#Authors#Qu, C., Brinkman, W.-P., Wiggers, P., & Heynderickx, I.
#Venue#Presence Teleoperators and Virtual Environments, 22(2), 91-109
Having a free speech conversation with avatars in a virtual environment can be desirable in
virtual reality applications such as virtual therapy and serious games. However, recognizing and
processing free speech seems too ambitious to realize with the current technology. As an
alternative, pre-scripted conversations with keyword detection can handle a number of
goal-oriented situations as well as some scenarios in which the conversation content is of
secondary importance. This is, for example, the case in virtual exposure therapy for the
treatment of people with social phobia, where conversation is for exposure and anxiety arousal
only. A drawback of pre-scripted dialog is the limited scope of user’s answers. The system cannot
handle a user’s response, which does not match the pre-defined content, other than by providing
a default reply. A new method which uses priming material to restrict the possibility of the
user’s response is proposed in this paper to solve this problem. Two studies were conducted to
investigate whether people can be guided to mention specific keywords with video and/or picture
primings. Study 1 was a two by two experiment in which participants (n = 20) were asked to
answer a number of open questions. Prior to the session, participants watched priming videos or
unrelated videos. During the session, they could see priming pictures or unrelated pictures on a
whiteboard behind the person who asked the questions. Results showed that participants tended
to mention more keywords both with priming videos and pictures. Study 2 shared the same
experimental setting but was carried out in virtual reality instead of in the real world.
Participants (n = 20) were asked to answer questions of an avatar when they were exposed to
priming material before and/or during the conversation session. The same results were found:
the surrounding media content had a guidance effect. Furthermore, when priming pictures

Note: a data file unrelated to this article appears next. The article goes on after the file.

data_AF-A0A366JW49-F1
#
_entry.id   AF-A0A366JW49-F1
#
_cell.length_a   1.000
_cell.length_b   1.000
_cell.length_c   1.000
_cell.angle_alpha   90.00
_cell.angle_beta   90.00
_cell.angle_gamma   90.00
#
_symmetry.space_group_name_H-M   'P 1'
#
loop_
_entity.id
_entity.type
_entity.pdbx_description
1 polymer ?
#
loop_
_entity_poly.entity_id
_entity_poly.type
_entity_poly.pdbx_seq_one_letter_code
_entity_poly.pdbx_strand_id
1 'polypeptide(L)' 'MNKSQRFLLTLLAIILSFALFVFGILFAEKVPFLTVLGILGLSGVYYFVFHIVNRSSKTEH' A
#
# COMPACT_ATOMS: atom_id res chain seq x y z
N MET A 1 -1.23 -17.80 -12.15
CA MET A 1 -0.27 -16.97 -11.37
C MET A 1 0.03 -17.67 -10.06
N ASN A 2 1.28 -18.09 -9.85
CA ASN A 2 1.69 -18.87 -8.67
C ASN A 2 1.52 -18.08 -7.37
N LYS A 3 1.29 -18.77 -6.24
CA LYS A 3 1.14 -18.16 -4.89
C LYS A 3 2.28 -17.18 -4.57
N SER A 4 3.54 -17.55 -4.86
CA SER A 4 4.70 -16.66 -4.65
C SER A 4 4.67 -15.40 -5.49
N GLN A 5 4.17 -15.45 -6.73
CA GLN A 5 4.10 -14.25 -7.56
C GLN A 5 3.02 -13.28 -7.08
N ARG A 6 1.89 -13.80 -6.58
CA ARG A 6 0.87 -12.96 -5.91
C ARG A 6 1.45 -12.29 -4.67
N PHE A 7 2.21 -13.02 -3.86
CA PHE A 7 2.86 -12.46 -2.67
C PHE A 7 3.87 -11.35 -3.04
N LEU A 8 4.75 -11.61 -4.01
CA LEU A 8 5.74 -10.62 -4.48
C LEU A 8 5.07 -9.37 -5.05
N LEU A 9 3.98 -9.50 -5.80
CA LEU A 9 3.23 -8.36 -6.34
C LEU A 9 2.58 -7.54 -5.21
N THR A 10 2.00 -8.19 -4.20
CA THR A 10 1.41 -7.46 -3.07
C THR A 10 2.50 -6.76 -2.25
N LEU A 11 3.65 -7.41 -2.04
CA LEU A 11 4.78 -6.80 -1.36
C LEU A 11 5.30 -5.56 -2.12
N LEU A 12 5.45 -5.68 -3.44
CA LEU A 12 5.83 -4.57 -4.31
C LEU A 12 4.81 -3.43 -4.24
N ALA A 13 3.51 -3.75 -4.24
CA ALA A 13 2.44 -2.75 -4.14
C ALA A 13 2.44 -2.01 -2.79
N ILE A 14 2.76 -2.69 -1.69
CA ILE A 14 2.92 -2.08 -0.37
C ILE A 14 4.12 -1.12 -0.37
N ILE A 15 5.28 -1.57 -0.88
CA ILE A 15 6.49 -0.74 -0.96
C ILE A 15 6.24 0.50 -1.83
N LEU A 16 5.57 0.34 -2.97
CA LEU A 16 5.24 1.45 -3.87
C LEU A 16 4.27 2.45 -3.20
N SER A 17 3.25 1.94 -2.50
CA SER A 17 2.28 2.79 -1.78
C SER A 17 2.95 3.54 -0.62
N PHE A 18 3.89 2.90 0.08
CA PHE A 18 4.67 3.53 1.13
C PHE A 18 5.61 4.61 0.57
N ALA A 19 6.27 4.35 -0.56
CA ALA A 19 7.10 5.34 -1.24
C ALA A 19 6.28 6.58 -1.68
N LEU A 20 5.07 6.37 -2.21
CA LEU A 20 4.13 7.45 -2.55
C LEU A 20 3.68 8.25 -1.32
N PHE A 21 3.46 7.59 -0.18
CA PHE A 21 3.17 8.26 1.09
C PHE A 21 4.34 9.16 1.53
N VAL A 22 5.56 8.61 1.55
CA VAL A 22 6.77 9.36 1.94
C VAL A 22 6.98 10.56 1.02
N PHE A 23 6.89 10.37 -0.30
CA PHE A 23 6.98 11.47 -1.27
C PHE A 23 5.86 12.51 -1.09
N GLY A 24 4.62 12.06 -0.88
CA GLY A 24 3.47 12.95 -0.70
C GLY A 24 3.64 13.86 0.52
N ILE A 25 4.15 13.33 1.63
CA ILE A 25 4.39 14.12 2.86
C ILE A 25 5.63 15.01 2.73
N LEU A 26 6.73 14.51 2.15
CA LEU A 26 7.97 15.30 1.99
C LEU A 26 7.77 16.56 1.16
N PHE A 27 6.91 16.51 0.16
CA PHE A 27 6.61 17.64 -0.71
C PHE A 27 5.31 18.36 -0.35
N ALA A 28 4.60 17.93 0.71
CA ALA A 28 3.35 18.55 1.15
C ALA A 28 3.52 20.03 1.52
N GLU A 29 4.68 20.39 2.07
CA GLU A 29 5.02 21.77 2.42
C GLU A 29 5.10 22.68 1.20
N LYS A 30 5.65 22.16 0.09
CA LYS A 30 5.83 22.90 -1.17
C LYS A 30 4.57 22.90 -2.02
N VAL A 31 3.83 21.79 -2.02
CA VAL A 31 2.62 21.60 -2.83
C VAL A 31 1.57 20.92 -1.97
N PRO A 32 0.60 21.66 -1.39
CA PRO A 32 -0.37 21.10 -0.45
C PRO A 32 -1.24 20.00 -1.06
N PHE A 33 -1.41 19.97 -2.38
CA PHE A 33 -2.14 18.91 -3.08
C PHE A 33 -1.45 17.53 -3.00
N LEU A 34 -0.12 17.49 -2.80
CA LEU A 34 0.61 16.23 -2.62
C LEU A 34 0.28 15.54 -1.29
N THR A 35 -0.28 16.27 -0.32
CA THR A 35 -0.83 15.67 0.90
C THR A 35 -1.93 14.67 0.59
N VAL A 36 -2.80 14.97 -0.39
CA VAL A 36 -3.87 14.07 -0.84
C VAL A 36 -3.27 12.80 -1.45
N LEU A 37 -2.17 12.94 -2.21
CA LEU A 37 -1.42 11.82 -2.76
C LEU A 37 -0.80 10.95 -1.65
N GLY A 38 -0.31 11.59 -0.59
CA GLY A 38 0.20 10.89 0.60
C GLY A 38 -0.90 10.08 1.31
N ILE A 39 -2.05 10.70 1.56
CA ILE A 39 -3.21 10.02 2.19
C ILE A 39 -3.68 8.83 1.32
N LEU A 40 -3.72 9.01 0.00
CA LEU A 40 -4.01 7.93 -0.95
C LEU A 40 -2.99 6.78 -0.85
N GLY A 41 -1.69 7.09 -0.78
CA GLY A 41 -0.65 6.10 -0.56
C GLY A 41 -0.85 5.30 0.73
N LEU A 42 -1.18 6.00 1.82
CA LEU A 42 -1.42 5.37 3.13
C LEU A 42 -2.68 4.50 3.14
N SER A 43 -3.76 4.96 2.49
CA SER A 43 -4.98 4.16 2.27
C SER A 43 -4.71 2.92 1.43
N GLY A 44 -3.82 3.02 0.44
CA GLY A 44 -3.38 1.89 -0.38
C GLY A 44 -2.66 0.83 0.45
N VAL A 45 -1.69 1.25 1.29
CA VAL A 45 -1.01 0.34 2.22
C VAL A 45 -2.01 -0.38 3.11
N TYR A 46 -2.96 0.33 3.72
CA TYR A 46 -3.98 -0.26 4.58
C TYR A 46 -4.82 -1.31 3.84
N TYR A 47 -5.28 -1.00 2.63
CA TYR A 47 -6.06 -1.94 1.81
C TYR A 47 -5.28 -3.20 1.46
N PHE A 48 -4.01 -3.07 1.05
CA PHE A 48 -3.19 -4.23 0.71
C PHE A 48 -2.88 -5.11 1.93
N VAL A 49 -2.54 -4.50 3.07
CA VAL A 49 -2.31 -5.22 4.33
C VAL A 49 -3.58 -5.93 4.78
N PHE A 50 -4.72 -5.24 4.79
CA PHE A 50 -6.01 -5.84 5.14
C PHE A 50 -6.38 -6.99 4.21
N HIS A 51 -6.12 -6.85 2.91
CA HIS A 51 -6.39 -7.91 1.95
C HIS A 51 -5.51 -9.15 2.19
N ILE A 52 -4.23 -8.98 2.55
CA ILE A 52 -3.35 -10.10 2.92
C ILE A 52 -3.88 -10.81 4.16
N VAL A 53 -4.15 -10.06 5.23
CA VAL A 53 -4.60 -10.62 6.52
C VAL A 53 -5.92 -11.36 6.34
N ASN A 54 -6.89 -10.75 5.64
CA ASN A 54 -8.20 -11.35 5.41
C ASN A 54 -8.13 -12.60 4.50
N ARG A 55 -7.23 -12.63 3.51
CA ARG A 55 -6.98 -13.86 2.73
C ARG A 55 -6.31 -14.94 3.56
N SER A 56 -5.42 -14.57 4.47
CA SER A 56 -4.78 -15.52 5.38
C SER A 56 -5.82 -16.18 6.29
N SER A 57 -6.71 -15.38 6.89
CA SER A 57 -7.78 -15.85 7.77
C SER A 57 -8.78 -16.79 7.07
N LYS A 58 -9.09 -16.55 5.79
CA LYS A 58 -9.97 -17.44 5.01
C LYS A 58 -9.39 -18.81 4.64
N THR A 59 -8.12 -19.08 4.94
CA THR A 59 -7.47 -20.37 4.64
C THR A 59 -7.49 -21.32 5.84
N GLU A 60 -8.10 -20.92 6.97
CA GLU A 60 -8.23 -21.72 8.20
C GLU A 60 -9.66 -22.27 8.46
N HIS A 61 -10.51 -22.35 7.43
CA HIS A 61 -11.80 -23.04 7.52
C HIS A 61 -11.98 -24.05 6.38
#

appeared in the environment, people sometimes forgot to mention the content they typically
Keyword dialogs with priming as pragmatic solution to NLP short comings.
Seeks to use the virtual world to give an illusion of free will, ironically, primed by visual content. What does this say about our sense of free will. Hmmmm.
Useful social phobia application, doe it hold that visual priming will work when obtaining information from experts in the field? I think it does, due to the obvious priming effect. If the avatar is an expert, then one can surmise that a person in the world could use the virtual world priming to provoke relevant questions in world, and extract better information from the participant in the interview.
They state they are the first in this place; my work on this topic is a close second! Yay!
VRET is considered as good as "in-vivo"; I prefer the word "in-situ" from my perspective.
They do not seem to be across the latest developments in NLP and speech recog.; their main citation is from 2000!
Igroup Presence Questionnaire (IPQ) (Schubert, Friedmann, & Regenbrecht, 2001). can be used to assess immersion levels for effects by oculus rifts etc. with an online database for comparison - NOTE THIS FOR FUTURE WORK!
They have found a significant effect with priming via images and videos - more keywords were mentioned with real setting and with virtual setting. Results were significant.
Note, their results are with an immersive HMD; need to see if effects transfer to less immersive environments such as laptops, tablets etc. Would be an interesting experiment.
They note issues with the lack of realism of the virtual world, and its possible noise effect on the differences. However, one would assume that a poorly modelled world giving a good outcome for this work should indicate that the realism is above threshold for the priming effect.
They found that people still gave common answers to questions, even with the priming effects with videos. Pictures seemed to suppress common answers from the participants.
So, from my perspective, this work supports strongly the idea that conversations can be affected by the priming effect of virtual world content. Thus, I can hypothesise that using virtual worlds for process model elicitation should be positively affected by a representation of the interviewee's workplace. The expected priming effects should occur.
Slater, M. (2009). Place illusion and plausibility can lead to realistic behaviour in immersive virtual environments. Philosophical Transactions of the Royal Society of London - Series B: Biological Sciences, 364 (1535), 3549–3557.
Pena, J., Hancock, J. T., & Merola, N. a. (2009, September). The Priming E↵ects of Avatars in Virtual Settings. Communication Research, 36 (6), 838–856.
Schubert, T., Friedmann, F., & Regenbrecht, H. (2001). The Experience of Presence: Factor Analytic Insights. Presence Teleoperators Virtual Environments, 10 (3), 266–281.